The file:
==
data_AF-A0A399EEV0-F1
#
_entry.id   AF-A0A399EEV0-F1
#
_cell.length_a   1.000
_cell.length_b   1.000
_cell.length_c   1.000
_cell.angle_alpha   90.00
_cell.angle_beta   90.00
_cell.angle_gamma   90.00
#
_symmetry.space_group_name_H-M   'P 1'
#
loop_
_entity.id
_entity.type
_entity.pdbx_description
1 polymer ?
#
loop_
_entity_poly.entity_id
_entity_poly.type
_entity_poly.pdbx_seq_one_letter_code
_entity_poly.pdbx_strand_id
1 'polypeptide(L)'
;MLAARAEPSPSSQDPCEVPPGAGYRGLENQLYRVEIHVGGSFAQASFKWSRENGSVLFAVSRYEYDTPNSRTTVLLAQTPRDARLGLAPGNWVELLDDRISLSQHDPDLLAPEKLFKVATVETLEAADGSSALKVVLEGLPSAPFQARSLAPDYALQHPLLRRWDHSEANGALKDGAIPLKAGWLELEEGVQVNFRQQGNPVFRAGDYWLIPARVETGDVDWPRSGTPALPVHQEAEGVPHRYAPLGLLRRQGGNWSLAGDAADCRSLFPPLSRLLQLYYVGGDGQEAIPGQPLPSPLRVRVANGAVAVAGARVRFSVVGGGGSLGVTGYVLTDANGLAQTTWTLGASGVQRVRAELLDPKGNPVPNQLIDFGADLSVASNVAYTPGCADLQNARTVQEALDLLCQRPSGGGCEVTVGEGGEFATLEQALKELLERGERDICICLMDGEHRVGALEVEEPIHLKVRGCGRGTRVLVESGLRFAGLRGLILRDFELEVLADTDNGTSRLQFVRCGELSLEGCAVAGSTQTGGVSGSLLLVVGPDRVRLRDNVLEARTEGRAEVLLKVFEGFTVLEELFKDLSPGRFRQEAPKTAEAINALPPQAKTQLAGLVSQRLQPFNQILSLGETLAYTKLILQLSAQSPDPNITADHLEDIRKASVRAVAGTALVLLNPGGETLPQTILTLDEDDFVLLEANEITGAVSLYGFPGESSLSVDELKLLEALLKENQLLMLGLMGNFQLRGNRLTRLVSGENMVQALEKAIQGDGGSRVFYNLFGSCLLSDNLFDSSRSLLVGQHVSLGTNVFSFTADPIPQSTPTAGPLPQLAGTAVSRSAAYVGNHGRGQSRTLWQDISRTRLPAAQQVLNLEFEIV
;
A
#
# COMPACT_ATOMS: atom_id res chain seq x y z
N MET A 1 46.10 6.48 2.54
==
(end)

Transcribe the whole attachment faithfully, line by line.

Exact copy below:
data_AF-A0A399EEV0-F1
#
_entry.id   AF-A0A399EEV0-F1
#
_cell.length_a   1.000
_cell.length_b   1.000
_cell.length_c   1.000
_cell.angle_alpha   90.00
_cell.angle_beta   90.00
_cell.angle_gamma   90.00
#
_symmetry.space_group_name_H-M   'P 1'
#
loop_
_entity.id
_entity.type
_entity.pdbx_description
1 polymer ?
#
loop_
_entity_poly.entity_id
_entity_poly.type
_entity_poly.pdbx_seq_one_letter_code
_entity_poly.pdbx_strand_id
1 'polypeptide(L)'
;MLAARAEPSPSSQDPCEVPPGAGYRGLENQLYRVEIHVGGSFAQASFKWSRENGSVLFAVSRYEYDTPNSRTTVLLAQTPRDARLGLAPGNWVELLDDRISLSQHDPDLLAPEKLFKVATVETLEAADGSSALKVVLEGLPSAPFQARSLAPDYALQHPLLRRWDHSEANGALKDGAIPLKAGWLELEEGVQVNFRQQGNPVFRAGDYWLIPARVETGDVDWPRSGTPALPVHQEAEGVPHRYAPLGLLRRQGGNWSLAGDAADCRSLFPPLSRLLQLYYVGGDGQEAIPGQPLPSPLRVRVANGAVAVAGARVRFSVVGGGGSLGVTGYVLTDANGLAQTTWTLGASGVQRVRAELLDPKGNPVPNQLIDFGADLSVASNVAYTPGCADLQNARTVQEALDLLCQRPSGGGCEVTVGEGGEFATLEQALKELLERGERDICICLMDGEHRVGALEVEEPIHLKVRGCGRGTRVLVESGLRFAGLRGLILRDFELEVLADTDNGTSRLQFVRCGELSLEGCAVAGSTQTGGVSGSLLLVVGPDRVRLRDNVLEARTEGRAEVLLKVFEGFTVLEELFKDLSPGRFRQEAPKTAEAINALPPQAKTQLAGLVSQRLQPFNQILSLGETLAYTKLILQLSAQSPDPNITADHLEDIRKASVRAVAGTALVLLNPGGETLPQTILTLDEDDFVLLEANEITGAVSLYGFPGESSLSVDELKLLEALLKENQLLMLGLMGNFQLRGNRLTRLVSGENMVQALEKAIQGDGGSRVFYNLFGSCLLSDNLFDSSRSLLVGQHVSLGTNVFSFTADPIPQSTPTAGPLPQLAGTAVSRSAAYVGNHGRGQSRTLWQDISRTRLPAAQQVLNLEFEIV
;
A
#
# COMPACT_ATOMS: atom_id res chain seq x y z
N MET A 1 46.10 6.48 2.54